Poll: Americans Prefer Netanyahu to Obama
Israeli Prime Minister Binyamin Netanyahu is enjoying more popularity in the United States than President Barack Obama, a new poll indicates.
The results of the poll, which was conducted by Greenberg Quinlan Rosner, were published on Thursday by Israel’s Channel 10 News. It involved 800 U.S. citizens who were asked to answer several questions related to Israel, the United States and the Palestinian Authority.
Netanyahu received an average score of 52.3 in the poll, compared to only 51.5 which Obama received. PA Chairman Mahmoud Abbas scored 26.8 while his rival Hamas received an average score of 19.5. The Lebanon-based Hizbullah terror group received an average score of 20.1.
Most of the respondents – 60% – said they believe Netanyahu is making efforts to achieve a peace agreement with the PA. Of these, 11% said that the Prime Minister is making enormous efforts to achieve peace.
Conversely, 52% of respondents thought that Abbas does not aspire to reach peace with Israel through negotiations. Of these, 15% said that Abbas has been making no attempt to negotiate with Israel and 39% said that Abbas is making efforts to reach a peace agreement.
The poll also found that Israel’s popularity has increased among Americans and is at its highest since 2007. The main factor which led to the increase in support for Israel was Abbas’ unilateral statehood bid at the United Nations in September. A majority of respondents, 60%, expressed warm feelings toward the Jewish state, while only 15% said they had cool feelings towards Israel.
The sympathy towards Israel increased more among supporters of Obama’s Democratic party. When asked if the United States should continue to support Israel or whether it should support the PA, 48% of respondents said that Israel should be supported, while only 13% said that the PA should be supported.
There was a slight drop in support for Israel among Republican supporters, despite the fact that the Republican party is generally considered to be friendlier to Israel. There was still a majority even among Republicans, however, with 77% supporting Israel, down from 81% in a poll conducted last July.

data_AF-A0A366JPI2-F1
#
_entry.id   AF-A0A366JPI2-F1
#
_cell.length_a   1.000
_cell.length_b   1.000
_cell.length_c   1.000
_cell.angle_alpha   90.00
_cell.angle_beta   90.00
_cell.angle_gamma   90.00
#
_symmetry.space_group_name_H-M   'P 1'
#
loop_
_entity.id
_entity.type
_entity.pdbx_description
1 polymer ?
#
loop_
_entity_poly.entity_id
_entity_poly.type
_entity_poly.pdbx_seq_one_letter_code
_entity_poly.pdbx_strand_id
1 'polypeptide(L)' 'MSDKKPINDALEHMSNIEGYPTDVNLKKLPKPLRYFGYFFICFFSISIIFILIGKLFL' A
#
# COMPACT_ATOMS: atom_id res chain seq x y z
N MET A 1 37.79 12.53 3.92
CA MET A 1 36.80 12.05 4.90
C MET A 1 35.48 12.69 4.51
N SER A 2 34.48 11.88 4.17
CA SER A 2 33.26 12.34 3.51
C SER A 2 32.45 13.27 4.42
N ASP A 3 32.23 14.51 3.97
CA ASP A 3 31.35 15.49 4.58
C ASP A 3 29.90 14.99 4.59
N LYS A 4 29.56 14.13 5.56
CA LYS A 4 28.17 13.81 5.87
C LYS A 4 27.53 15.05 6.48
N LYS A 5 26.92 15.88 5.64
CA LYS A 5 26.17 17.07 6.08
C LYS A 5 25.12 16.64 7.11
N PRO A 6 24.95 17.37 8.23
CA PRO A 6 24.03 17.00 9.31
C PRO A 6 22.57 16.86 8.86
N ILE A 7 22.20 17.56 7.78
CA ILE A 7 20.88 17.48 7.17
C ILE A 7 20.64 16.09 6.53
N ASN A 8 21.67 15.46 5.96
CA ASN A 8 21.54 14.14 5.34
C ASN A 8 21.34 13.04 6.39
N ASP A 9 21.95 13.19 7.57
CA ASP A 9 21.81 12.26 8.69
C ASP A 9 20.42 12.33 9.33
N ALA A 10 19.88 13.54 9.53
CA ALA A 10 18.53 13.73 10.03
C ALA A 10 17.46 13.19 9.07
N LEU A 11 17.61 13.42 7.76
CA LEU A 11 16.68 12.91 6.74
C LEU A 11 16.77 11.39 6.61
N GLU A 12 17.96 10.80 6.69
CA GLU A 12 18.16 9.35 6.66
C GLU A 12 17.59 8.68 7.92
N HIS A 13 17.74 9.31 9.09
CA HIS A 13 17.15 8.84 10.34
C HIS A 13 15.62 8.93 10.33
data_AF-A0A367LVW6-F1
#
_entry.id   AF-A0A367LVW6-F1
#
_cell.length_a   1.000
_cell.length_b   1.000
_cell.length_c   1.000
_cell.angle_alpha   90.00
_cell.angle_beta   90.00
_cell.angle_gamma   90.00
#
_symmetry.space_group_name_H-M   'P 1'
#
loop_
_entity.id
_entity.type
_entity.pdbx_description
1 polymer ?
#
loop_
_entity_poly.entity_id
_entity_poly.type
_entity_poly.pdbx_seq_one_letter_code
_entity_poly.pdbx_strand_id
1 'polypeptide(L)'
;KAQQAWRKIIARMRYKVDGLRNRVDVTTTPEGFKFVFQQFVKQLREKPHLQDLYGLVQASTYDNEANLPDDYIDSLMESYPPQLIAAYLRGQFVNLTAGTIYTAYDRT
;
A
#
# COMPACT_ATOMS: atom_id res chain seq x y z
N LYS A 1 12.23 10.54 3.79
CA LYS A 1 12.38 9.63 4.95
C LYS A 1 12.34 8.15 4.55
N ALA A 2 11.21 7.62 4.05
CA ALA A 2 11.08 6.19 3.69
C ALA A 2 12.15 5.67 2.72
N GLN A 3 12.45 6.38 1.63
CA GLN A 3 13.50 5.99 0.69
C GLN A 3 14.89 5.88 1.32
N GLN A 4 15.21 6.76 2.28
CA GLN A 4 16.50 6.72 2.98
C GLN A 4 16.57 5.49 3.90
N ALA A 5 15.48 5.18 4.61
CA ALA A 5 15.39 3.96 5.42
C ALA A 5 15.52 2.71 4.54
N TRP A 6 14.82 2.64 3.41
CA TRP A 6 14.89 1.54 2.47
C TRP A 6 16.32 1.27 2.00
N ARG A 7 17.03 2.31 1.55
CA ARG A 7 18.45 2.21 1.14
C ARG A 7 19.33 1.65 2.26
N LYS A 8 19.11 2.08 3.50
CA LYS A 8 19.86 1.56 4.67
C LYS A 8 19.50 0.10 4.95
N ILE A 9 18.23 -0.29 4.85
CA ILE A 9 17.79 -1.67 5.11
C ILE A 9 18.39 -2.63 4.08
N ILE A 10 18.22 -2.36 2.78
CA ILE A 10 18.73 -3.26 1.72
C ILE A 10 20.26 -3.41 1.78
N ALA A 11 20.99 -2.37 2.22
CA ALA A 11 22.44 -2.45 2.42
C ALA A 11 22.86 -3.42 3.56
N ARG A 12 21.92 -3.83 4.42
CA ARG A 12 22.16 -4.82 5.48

The poll was published just several days after it was revealed that in a recent open microphone incident, Obama appeared to show frustration with Netanyahu.
In a recent conversation between Obama and French President Nikolas Sarkozy, the latter said about Netanyahu, “I cannot stand him. He is a liar.”
Obama reportedly replied, “You’re fed up with him, but I have to deal with him every day!”
The White House has been trying to stifle diplomatic fallout from the incident. On Wednesday, a top White House official insisted Obama had a good relationship with the Israeli prime minister.
The Obama-Sarkozy incident was met with criticism from some members of the Republican party, who have long been critical of the president’s policy towards Israel.
GOP nomination contender Mitt Romney said on Wednesday that Obama had proven his disdain for the ‘special relationship’ between Israel and the United States.
“President Obama’s derisive remarks about Israel’s prime minister confirm what any observer would have gleaned from his public statements and actions toward our longstanding ally, Israel,” Romney said.
“At a moment when the Jewish state is isolated and under threat, we cannot have an American president who is disdainful of our special relationship with Israel. We have here yet another reason why we need new leadership in the White House.”
Republican Senator John McCain, who ran against Obama in 2008, was also highly critical of the exchange between the two leaders, saying Obama's remarks reflected his administration's attitude towards Israel.